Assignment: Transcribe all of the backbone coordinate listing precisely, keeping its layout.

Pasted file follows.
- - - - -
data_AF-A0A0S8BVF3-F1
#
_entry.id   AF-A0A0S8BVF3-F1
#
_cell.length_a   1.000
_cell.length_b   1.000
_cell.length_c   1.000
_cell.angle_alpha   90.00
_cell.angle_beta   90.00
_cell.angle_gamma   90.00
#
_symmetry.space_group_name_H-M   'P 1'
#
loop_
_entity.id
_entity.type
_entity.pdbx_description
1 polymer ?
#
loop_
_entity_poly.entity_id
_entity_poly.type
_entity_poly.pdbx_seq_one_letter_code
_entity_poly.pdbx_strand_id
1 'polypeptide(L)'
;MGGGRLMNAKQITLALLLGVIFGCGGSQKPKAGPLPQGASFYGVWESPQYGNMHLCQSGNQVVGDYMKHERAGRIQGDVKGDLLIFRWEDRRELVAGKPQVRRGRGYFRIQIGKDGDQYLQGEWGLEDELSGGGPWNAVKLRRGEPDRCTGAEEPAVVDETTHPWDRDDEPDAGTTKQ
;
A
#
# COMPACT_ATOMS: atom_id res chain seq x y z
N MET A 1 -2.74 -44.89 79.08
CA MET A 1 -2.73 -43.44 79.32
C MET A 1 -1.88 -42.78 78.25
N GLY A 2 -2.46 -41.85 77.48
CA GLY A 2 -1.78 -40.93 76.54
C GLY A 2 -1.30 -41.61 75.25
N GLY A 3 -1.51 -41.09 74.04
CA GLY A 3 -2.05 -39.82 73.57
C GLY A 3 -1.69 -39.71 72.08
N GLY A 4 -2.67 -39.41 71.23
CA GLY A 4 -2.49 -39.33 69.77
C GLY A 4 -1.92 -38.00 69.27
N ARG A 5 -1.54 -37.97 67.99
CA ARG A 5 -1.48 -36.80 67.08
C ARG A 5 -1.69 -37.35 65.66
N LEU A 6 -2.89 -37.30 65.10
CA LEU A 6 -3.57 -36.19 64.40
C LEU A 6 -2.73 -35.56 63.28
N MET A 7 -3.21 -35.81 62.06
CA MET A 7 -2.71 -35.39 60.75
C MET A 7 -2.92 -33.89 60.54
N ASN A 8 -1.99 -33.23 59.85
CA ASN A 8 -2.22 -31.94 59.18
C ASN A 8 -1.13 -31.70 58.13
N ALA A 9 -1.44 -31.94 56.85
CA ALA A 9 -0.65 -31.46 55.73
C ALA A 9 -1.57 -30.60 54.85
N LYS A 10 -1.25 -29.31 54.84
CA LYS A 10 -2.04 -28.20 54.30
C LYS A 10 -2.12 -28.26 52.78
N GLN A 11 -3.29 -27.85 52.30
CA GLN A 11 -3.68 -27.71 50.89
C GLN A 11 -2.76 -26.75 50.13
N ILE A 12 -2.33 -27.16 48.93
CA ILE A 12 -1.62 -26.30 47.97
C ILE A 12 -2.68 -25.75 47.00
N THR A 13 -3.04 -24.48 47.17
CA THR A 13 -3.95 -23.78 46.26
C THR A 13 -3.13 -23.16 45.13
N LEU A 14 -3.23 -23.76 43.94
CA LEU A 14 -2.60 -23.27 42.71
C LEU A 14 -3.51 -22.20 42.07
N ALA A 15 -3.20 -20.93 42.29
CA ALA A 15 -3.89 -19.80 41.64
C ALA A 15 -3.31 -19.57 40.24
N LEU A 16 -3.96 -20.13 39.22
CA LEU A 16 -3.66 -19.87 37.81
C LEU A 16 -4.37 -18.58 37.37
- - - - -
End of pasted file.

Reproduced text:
data_AF-A0A0S8BVF3-F1
#
_entry.id   AF-A0A0S8BVF3-F1
#
_cell.length_a   1.000
_cell.length_b   1.000
_cell.length_c   1.000
_cell.angle_alpha   90.00
_cell.angle_beta   90.00
_cell.angle_gamma   90.00
#
_symmetry.space_group_name_H-M   'P 1'
#
loop_
_entity.id
_entity.type
_entity.pdbx_description
1 polymer ?
#
loop_
_entity_poly.entity_id
_entity_poly.type
_entity_poly.pdbx_seq_one_letter_code
_entity_poly.pdbx_strand_id
1 'polypeptide(L)'
;MGGGRLMNAKQITLALLLGVIFGCGGSQKPKAGPLPQGASFYGVWESPQYGNMHLCQSGNQVVGDYMKHERAGRIQGDVKGDLLIFRWEDRRELVAGKPQVRRGRGYFRIQIGKDGDQYLQGEWGLEDELSGGGPWNAVKLRRGEPDRCTGAEEPAVVDETTHPWDRDDEPDAGTTKQ
;
A
#
# COMPACT_ATOMS: atom_id res chain seq x y z
N MET A 1 -2.74 -44.89 79.08
CA MET A 1 -2.73 -43.44 79.32
C MET A 1 -1.88 -42.78 78.25
N GLY A 2 -2.46 -41.85 77.48
CA GLY A 2 -1.78 -40.93 76.54
C GLY A 2 -1.30 -41.61 75.25
N GLY A 3 -1.51 -41.09 74.04
CA GLY A 3 -2.05 -39.82 73.57
C GLY A 3 -1.69 -39.71 72.08
N GLY A 4 -2.67 -39.41 71.23
CA GLY A 4 -2.49 -39.33 69.77
C GLY A 4 -1.92 -38.00 69.27
N ARG A 5 -1.54 -37.97 67.99
CA ARG A 5 -1.48 -36.80 67.08
C ARG A 5 -1.69 -37.35 65.66
N LEU A 6 -2.89 -37.30 65.10
CA LEU A 6 -3.57 -36.19 64.40
C LEU A 6 -2.73 -35.56 63.28
N MET A 7 -3.21 -35.81 62.06
CA MET A 7 -2.71 -35.39 60.75
C MET A 7 -2.92 -33.89 60.54
N ASN A 8 -1.99 -33.23 59.85
CA ASN A 8 -2.22 -31.94 59.18
C ASN A 8 -1.13 -31.70 58.13
N ALA A 9 -1.44 -31.94 56.85
CA ALA A 9 -0.65 -31.46 55.73
C ALA A 9 -1.57 -30.60 54.85
N LYS A 10 -1.25 -29.31 54.84
CA LYS A 10 -2.04 -28.20 54.30
C LYS A 10 -2.12 -28.26 52.78
N GLN A 11 -3.29 -27.85 52.30
CA GLN A 11 -3.68 -27.71 50.89
C GLN A 11 -2.76 -26.75 50.13
N ILE A 12 -2.33 -27.16 48.93
CA ILE A 12 -1.62 -26.30 47.97
C ILE A 12 -2.68 -25.75 47.00
N THR A 13 -3.04 -24.48 47.17
CA THR A 13 -3.95 -23.78 46.26
C THR A 13 -3.13 -23.16 45.13
N LEU A 14 -3.23 -23.76 43.94
CA LEU A 14 -2.60 -23.27 42.71
C LEU A 14 -3.51 -22.20 42.07
N ALA A 15 -3.20 -20.93 42.29
CA ALA A 15 -3.89 -19.80 41.64
C ALA A 15 -3.31 -19.57 40.24
N LEU A 16 -3.96 -20.13 39.22
CA LEU A 16 -3.66 -19.87 37.81
C LEU A 16 -4.37 -18.58 37.37